Emergency response vehicles sit parked outside London's ExCel conference center, which has been converted into an NHS Nightingale hospital to deal with the coronavirus pandemic, in this aerial view on Wednesday.
Jason Alden/Bloomberg/Getty Images
The coronavirus blame game has reached a new level after Missouri announced it was suing China over the crisis. The US state is seeking damages for what it described as a campaign of “deception” and insufficient action to halt a “preventable” pandemic — allegations Beijing strongly denies.
The conflagration over China is becoming a key flashpoint in the 2020 race, with President Donald Trump and presumptive Democratic nominee Joe Biden sparring over the country’s role in the spread of the virus. The battle could turn into a critical showdown in November’s election, Stephen Collinson writes.
Beijing has faced intense scrutiny and criticism over its handling of the coronavirus, and not only from Washington. But the pandemic still presents an opportunity for China to solidify its status as a superpower and global leader – especially as Trump alienates some allies with his “America First” approach, James Griffiths writes.
One outspoken critic of China’s government knows what it means to be socially isolated. The dissident artist Ai Weiwei, who was detained for three months by authorities back in 2011, told CNN that the coronavirus had only strengthened the “police state” in China.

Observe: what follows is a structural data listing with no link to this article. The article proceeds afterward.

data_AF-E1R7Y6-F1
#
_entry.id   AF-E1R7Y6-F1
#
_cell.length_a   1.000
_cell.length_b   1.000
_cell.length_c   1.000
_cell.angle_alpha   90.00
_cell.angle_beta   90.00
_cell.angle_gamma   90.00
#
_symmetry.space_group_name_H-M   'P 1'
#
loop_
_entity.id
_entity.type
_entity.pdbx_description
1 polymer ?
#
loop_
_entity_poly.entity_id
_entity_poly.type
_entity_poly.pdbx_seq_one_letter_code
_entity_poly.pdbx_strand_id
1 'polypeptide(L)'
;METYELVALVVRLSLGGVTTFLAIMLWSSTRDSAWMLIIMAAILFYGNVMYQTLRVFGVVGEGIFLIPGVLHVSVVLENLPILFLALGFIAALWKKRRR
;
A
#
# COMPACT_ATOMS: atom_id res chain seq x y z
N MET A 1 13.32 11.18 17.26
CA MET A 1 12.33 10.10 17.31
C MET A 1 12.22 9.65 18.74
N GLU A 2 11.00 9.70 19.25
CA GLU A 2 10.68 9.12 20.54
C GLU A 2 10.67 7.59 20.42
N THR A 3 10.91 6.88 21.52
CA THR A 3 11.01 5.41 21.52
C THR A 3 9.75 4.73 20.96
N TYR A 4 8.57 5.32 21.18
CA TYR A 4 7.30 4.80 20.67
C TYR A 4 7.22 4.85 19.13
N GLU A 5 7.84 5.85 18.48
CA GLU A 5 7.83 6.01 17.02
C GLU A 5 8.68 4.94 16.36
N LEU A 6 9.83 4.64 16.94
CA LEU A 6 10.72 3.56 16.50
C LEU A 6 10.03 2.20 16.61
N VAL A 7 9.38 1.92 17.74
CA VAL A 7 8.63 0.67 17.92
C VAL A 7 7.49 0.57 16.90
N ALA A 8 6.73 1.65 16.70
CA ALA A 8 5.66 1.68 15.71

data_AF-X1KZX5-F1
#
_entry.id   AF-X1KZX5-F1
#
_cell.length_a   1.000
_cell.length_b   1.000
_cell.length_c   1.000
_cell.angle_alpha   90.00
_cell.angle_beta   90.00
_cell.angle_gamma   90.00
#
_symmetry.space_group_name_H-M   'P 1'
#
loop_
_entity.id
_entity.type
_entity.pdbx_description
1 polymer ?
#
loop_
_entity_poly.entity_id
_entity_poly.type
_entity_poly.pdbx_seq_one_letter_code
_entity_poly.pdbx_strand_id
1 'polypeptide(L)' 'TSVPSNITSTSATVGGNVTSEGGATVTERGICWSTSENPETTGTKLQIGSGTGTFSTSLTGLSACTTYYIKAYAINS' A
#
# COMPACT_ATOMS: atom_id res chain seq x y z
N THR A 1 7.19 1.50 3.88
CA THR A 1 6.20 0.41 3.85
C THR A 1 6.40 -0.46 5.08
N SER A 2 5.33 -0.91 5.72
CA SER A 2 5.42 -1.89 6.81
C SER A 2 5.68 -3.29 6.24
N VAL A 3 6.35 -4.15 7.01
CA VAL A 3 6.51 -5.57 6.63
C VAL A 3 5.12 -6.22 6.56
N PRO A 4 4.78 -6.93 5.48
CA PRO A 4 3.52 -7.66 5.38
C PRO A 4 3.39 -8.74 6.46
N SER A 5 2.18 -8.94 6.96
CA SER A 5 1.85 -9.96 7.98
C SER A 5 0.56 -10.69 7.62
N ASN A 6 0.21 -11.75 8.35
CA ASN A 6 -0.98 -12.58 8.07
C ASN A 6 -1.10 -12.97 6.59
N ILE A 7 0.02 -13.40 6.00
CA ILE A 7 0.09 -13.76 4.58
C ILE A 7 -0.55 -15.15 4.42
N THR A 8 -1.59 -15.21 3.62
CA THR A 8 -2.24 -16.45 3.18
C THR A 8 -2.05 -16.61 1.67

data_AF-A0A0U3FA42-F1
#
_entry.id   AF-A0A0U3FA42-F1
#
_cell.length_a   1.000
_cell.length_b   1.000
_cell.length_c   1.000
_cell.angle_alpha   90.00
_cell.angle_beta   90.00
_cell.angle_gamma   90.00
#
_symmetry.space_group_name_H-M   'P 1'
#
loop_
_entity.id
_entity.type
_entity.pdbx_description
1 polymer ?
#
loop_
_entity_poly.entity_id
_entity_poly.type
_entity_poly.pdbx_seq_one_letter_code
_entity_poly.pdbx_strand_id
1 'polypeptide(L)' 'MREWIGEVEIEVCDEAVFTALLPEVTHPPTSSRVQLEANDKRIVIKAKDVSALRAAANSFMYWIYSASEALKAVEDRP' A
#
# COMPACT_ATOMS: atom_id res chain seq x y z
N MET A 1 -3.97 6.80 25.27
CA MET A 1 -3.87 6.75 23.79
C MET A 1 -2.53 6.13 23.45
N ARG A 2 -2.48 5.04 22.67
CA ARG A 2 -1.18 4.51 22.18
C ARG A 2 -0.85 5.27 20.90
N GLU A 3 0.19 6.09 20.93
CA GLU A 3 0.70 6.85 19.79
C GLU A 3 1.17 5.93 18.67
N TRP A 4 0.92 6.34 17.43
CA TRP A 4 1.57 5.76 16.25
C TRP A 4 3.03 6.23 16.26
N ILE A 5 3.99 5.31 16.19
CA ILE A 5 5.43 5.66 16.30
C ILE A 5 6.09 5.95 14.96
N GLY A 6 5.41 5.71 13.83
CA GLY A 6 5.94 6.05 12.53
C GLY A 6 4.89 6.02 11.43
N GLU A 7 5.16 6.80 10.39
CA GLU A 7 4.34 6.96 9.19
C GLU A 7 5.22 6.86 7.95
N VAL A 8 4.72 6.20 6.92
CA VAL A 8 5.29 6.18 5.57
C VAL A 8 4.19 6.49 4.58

With the Wuhan epidemic now contained, David Culver has returned to see how people there are navigating a new normal, after nearly three months living in lockdown.
Here are Wednesday’s other developments…
Trump backs off full immigration ban: Trump has announced a 60-day ban on immigrants seeking green cards to live in America permanently, but backed away from plans to stop workers entering the country on a temporary basis.
Famine of “biblical proportions”: The developing world is facing “multiple famines of biblical proportions within a short few months” unless urgent action is taken, the UN’s food relief agency said. It warned that the pandemic would push an additional 130 million people to the brink of starvation, on top of another 135 million who were already facing crisis levels of hunger.
Homeschooling widens inequality gap: A staggering 90% of the world’s students are in lockdown. But it’s going to hit poor kids much harder than rich ones. The inequality gap, present in education systems at the best of times, is being exacerbated by school closures worldwide, experts say.
Bangladeshi garment workers face ruin: When Fatema Akther arrived for work at the Alif Casual Wear garment factory in Dhaka in late March, she had no idea it would be her last day. She’s one of millions of garment workers — most of them women — estimated to have been furloughed or laid off in Bangladeshi factories, as global demand for fast fashion dries up.
Warning of second wave next winter: The director of the US Centers for Disease Control and Prevention has warned that another wave of coronavirus next winter could be “even more difficult” than the current outbreak because it would coincide with flu season.
A version of this story first appeared in CNN’s Coronavirus: Fact Vs. Fiction newsletter. You can sign up here to receive it in your inbox every day.